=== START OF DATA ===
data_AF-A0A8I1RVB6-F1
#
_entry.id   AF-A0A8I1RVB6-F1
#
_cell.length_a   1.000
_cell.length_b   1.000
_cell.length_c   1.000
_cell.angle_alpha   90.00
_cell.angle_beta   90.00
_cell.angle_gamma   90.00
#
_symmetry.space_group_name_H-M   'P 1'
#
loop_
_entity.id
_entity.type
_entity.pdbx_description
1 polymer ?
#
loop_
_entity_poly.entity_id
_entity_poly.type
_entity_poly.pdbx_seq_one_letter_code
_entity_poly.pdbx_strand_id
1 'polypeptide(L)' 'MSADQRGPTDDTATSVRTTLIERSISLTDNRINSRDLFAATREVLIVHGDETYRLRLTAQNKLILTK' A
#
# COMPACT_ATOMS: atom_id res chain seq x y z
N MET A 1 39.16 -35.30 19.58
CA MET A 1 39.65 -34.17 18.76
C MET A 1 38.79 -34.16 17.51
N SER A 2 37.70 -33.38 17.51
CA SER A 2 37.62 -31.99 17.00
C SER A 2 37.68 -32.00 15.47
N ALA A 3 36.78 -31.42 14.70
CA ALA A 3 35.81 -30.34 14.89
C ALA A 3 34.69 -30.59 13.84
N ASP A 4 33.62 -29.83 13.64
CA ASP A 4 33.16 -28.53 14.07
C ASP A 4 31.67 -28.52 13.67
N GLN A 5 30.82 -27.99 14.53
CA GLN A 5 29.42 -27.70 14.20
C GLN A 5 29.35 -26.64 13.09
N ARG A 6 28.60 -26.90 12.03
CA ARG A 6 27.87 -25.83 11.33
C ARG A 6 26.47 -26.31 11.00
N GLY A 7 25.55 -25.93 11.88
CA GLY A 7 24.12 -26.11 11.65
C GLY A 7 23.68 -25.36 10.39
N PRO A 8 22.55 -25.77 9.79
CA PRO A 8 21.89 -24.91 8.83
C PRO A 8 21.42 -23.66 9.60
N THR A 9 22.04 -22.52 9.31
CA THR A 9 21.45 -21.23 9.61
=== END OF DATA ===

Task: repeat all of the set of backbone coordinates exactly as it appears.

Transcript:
data_AF-A0A8I1RVB6-F1
#
_entry.id   AF-A0A8I1RVB6-F1
#
_cell.length_a   1.000
_cell.length_b   1.000
_cell.length_c   1.000
_cell.angle_alpha   90.00
_cell.angle_beta   90.00
_cell.angle_gamma   90.00
#
_symmetry.space_group_name_H-M   'P 1'
#
loop_
_entity.id
_entity.type
_entity.pdbx_description
1 polymer ?
#
loop_
_entity_poly.entity_id
_entity_poly.type
_entity_poly.pdbx_seq_one_letter_code
_entity_poly.pdbx_strand_id
1 'polypeptide(L)' 'MSADQRGPTDDTATSVRTTLIERSISLTDNRINSRDLFAATREVLIVHGDETYRLRLTAQNKLILTK' A
#
# COMPACT_ATOMS: atom_id res chain seq x y z
N MET A 1 39.16 -35.30 19.58
CA MET A 1 39.65 -34.17 18.76
C MET A 1 38.79 -34.16 17.51
N SER A 2 37.70 -33.38 17.51
CA SER A 2 37.62 -31.99 17.00
C SER A 2 37.68 -32.00 15.47
N ALA A 3 36.78 -31.42 14.70
CA ALA A 3 35.81 -30.34 14.89
C ALA A 3 34.69 -30.59 13.84
N ASP A 4 33.62 -29.83 13.64
CA ASP A 4 33.16 -28.53 14.07
C ASP A 4 31.67 -28.52 13.67
N GLN A 5 30.82 -27.99 14.53
CA GLN A 5 29.42 -27.70 14.20
C GLN A 5 29.35 -26.64 13.09
N ARG A 6 28.60 -26.90 12.03
CA ARG A 6 27.87 -25.83 11.33
C ARG A 6 26.47 -26.31 11.00
N GLY A 7 25.55 -25.93 11.88
CA GLY A 7 24.12 -26.11 11.65
C GLY A 7 23.68 -25.36 10.39
N PRO A 8 22.55 -25.77 9.79
CA PRO A 8 21.89 -24.91 8.83
C PRO A 8 21.42 -23.66 9.60
N THR A 9 22.04 -22.52 9.31
CA THR A 9 21.45 -21.23 9.61